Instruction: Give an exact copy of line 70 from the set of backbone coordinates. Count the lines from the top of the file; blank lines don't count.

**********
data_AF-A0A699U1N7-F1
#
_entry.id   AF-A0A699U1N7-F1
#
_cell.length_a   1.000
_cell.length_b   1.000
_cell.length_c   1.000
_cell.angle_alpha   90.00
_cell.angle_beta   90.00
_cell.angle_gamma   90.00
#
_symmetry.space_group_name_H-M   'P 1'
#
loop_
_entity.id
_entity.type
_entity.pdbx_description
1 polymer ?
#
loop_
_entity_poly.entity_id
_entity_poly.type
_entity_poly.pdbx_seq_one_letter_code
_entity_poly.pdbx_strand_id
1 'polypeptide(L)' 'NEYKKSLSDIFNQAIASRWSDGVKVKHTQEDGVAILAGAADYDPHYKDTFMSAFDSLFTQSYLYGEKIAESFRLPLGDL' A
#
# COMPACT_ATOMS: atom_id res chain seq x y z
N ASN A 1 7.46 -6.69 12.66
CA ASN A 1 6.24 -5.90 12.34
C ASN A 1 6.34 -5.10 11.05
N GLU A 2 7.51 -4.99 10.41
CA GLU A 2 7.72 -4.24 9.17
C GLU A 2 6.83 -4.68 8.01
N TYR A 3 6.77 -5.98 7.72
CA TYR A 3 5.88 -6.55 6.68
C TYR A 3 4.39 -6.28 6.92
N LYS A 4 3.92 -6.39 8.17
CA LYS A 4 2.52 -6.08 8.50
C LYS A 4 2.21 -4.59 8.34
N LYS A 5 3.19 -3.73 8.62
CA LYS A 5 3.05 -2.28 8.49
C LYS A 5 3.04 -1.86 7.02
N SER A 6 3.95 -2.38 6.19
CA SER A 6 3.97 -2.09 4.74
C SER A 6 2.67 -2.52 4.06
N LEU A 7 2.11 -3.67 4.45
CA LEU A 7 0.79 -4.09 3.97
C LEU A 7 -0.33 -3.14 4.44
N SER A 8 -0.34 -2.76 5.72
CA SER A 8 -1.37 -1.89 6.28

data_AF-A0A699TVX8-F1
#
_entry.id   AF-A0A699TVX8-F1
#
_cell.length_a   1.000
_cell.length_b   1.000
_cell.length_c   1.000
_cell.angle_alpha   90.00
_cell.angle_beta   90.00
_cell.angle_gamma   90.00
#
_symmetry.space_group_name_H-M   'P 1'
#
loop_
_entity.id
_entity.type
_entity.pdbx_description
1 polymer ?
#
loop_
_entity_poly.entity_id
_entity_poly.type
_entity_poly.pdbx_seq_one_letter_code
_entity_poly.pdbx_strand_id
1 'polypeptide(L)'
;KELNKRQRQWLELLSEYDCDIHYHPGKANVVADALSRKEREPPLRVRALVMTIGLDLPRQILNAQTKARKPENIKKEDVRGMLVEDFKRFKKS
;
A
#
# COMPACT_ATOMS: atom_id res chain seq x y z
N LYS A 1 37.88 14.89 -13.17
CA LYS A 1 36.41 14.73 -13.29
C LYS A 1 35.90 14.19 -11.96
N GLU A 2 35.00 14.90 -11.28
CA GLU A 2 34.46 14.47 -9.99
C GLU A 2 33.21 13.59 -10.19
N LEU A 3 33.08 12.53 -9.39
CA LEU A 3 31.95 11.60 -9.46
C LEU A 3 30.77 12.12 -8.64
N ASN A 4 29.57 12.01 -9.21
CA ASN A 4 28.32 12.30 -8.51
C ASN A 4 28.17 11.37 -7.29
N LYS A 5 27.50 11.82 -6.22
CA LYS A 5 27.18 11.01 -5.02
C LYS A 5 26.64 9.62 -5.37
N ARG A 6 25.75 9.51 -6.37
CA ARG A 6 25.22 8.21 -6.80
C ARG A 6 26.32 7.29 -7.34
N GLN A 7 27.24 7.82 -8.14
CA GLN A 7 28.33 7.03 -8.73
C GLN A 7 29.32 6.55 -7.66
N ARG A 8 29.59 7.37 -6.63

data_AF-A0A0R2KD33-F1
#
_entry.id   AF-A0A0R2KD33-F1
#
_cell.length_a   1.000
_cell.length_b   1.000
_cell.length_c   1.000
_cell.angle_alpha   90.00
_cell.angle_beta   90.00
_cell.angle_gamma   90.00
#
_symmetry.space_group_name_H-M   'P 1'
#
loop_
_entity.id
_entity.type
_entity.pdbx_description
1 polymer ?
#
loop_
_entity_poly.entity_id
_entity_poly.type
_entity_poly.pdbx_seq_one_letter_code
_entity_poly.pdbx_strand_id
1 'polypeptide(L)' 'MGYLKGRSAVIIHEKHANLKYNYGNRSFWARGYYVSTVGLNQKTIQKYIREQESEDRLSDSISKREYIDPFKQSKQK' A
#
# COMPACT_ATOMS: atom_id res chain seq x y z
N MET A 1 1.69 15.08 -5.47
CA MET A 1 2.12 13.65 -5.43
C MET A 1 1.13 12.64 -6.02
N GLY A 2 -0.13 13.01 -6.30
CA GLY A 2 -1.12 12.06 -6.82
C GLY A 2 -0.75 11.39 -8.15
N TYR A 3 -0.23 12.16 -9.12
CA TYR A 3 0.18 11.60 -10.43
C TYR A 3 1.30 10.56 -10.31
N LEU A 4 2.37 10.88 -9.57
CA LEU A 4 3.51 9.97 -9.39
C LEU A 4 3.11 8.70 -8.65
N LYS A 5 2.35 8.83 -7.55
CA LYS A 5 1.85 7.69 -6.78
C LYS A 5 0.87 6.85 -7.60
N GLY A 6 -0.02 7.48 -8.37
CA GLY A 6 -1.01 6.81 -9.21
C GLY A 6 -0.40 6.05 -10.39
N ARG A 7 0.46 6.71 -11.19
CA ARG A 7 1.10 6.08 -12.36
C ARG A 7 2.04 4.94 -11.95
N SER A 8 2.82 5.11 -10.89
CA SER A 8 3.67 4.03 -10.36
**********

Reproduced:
loop_